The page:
“We are all Treaty People”: A Community Discussion on Truth and Reconciliation in Oakville

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Date/Time
Date(s) - Monday, February 13, 2017
6:00 pm - 8:30 pm

Location
MacLachlan College

Category(ies) No Categories


Members of the community are invited to attend a Community Discussion on Truth and Reconciliation at MacLachlan College on Trafalgar Road.

Oakville is on the treaty lands of the Mississaugas of the New Credit First Nation, part of the Anishinaabe Nation, whose traditional territory encompasses 3.9 million acres of southern Ontario. As Justice Murray Sinclair, Chairman of the Truth and Reconciliation Commission on Residential Schools advised us,

“Reconciliation is not an Aboriginal problem – it involves all of us”.

Using these words as a guide a number of local Oakville organizations have been meeting since early 2016 and seeking the guidance of local indigenous leaders in Oakville.

The Indigenous Education Advisory Committee of the Halton Catholic and Halton District School Boards, YMCA of Oakville, Oakville Community Foundation, the Town of Oakville, and a number of local independent schools and businesses have been collaborating on local projects, as well as the challenge of incorporating the values of reconciliation in everyday activities.

“While a number of Indigenous peoples are not under treaty; the Town of Oakville is covered by a treaty – so we all live on treaty land and are Treaty People.” said Wendy Rinella, CEO, Oakville Community Foundation. “It is fitting in Canada’s 150th year that we as a community come together to build a stronger and more inclusive Town and country for future generations.”

“Many residents and organizations in Oakville have a shared vision for reconciliation but may not be sure how to begin. This evening will introduce them to some traditional Indigenous teachings and local leaders. It will be an opportunity to hear an Indigenous perspective of what Truth and Reconciliation looks like in Oakville,” advised Local Elder Stephen Paquette.

Agenda:

Registration: 6:00 p.m. – 6:30 p.m.
Traditional smudging ceremony: 6:30 p.m. – 7:00 p.m.
Presentation and Community Discussion: 7:00 p.m. – 8:30 p.m.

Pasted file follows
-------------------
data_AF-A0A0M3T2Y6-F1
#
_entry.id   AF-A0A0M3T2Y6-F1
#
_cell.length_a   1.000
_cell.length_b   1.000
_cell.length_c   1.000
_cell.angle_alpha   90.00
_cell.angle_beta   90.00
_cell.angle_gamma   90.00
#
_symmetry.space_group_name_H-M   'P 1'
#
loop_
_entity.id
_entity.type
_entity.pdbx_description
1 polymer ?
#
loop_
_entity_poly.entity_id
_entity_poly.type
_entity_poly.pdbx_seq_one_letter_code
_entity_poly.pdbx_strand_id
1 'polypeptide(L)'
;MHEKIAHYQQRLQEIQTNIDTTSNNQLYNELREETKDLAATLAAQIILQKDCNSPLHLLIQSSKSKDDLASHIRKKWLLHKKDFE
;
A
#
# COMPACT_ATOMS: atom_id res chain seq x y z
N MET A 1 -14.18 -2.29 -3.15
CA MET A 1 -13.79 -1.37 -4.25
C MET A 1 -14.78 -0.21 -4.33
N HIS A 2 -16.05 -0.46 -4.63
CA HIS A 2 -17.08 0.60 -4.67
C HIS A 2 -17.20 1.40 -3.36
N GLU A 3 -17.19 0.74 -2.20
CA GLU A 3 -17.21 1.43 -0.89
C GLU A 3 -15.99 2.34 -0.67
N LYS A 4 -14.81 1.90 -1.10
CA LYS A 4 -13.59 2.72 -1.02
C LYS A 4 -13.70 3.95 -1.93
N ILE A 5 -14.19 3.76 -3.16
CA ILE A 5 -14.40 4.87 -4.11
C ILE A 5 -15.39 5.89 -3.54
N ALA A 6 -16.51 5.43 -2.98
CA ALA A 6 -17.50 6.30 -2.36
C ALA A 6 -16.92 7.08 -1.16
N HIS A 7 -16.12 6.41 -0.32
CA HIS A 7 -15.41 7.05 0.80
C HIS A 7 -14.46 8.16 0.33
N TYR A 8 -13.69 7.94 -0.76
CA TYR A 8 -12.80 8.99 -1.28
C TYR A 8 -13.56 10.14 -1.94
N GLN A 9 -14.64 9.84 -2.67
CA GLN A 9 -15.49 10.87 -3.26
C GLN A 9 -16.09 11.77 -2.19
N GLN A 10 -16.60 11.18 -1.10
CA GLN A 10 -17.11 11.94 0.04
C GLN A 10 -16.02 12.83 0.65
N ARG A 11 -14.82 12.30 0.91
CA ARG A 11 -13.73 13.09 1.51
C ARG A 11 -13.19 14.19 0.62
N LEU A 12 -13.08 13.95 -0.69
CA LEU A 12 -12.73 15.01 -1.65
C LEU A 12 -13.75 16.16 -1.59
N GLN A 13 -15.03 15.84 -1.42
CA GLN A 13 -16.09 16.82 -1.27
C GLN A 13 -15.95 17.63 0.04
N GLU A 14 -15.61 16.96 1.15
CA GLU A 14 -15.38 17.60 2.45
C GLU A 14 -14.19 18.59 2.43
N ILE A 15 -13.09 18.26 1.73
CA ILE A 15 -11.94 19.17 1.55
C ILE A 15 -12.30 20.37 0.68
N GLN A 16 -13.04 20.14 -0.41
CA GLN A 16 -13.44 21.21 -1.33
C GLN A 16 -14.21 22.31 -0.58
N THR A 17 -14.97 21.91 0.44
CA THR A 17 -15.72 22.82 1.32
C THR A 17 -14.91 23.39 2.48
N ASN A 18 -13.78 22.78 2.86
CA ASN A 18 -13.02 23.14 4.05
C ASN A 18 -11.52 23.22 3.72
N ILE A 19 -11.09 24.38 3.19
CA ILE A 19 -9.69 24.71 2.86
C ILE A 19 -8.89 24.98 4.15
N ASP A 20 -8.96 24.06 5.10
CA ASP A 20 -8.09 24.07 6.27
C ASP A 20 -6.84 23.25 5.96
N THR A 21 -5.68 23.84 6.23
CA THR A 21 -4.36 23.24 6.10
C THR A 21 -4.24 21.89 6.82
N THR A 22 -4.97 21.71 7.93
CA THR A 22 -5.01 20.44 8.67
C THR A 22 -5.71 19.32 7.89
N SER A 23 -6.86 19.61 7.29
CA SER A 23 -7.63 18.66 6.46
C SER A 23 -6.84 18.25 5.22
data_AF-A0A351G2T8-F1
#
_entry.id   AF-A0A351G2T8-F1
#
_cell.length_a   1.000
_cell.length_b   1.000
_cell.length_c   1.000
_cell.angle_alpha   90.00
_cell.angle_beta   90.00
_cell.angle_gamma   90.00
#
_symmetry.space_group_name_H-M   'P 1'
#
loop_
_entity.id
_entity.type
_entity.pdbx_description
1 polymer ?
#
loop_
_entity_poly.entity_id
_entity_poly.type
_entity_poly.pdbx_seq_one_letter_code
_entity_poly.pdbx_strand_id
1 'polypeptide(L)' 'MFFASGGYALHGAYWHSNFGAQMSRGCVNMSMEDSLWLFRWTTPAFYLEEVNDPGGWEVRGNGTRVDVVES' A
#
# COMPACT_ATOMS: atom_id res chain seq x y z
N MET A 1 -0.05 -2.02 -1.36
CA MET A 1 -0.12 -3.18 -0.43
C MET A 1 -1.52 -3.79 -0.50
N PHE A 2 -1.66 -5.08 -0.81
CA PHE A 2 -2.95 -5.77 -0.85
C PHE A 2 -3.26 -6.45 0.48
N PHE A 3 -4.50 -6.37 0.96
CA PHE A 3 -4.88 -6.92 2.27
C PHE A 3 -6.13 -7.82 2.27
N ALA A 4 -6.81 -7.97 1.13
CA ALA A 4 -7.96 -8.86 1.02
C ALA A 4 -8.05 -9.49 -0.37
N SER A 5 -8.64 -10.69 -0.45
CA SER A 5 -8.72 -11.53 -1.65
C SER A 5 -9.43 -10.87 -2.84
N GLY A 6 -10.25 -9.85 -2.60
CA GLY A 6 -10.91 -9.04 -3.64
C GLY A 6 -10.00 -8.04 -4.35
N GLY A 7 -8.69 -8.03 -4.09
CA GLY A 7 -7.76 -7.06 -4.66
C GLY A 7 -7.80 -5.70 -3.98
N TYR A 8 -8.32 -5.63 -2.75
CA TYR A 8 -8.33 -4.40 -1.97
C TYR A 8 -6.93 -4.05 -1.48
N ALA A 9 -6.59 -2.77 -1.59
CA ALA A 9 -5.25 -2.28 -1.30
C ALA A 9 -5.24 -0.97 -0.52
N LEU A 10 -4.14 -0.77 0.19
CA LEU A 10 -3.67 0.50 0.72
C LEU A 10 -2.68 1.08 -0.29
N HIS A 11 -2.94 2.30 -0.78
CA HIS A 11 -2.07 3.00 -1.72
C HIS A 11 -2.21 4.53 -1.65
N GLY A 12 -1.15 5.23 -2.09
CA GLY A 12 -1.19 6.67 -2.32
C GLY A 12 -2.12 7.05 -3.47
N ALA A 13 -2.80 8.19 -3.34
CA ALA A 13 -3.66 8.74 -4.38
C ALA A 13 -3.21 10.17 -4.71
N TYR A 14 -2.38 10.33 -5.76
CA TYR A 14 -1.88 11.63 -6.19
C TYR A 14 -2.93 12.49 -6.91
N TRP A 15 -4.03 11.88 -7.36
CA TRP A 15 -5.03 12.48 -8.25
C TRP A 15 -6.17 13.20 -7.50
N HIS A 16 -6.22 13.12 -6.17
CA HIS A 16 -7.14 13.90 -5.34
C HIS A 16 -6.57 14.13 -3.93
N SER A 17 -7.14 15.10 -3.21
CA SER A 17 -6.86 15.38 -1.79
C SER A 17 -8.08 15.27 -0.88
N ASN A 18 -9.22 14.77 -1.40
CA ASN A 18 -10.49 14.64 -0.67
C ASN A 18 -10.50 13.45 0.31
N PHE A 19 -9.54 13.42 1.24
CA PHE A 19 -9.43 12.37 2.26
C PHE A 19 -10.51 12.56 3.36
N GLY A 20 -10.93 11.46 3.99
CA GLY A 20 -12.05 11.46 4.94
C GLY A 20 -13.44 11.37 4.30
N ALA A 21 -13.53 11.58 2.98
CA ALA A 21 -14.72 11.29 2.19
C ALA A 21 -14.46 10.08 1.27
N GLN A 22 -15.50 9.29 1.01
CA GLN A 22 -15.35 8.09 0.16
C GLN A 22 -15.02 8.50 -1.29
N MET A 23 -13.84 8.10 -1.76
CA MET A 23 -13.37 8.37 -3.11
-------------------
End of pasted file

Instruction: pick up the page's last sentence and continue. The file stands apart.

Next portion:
Stephen Paquette, Chair, Indigenous Education Advisory Committee
R. Stacey LaForme, Chief, Mississaugas of the New Credit First Nation
Sherry Saevil, Indigenous Education Advisory, Halton Catholic District School Board
Tammy Hardwick, Instructional Program Lead, First Nation, Métis and Inuit Education

This event is free; however, pre-registration is required and seating is limited.

“Reconciliation is not an easy topic but it is one we all must embrace for the benefit of our collective future sharing this great country, Canada,” added Kyle Barber CEO YMCA Oakville.

“MacLachlan College is delighted to be hosting this event and inviting the community to our campus. For those of you seeking greater understanding and knowledge, we invite you to our school to begin a broader community discussion on this important and timely topic,” said event host Lisa Duranleau, Executive Director, MacLachlan College. “We look forward to seeing you on February 13th.”

MacLachlan College is a world-class co-educational independent school located in Oakville, Ontario. To acknowledge Canada 150, and in the spirit of making a difference in the world, MacLachlan has launched, Mindful Nation: A Vision for Canada’s Future, a program that promotes self-awareness, diversity, respect and inclusion; and recognizes the history and contributions of the Indigenous Peoples in Canada. From Pre-Kindergarten through Grade 12, MacLachlan’s educational approach and intention for every student centres on providing a rich and balanced education, while also preparing for their future roles as successful and responsible citizens.

Oakville Community Foundation is the 10th largest member of a national network for Canada’s 191 community foundations. The Foundation helps individuals contribute time, leadership and financial support to local initiatives, helping people give back to their communities where the need is most serious. The Foundation makes it a priority to understand the needs in the community and help donors give to the projects they care about most. They do this through research and building an intimate knowledge of local priorities from everything from shelter, education, and care for those in need, to the arts, environment and recreation. The Foundation brings together many organizations: government, business, service organizations, charities, academia and schools to develop collaborative solutions and work on priority projects.

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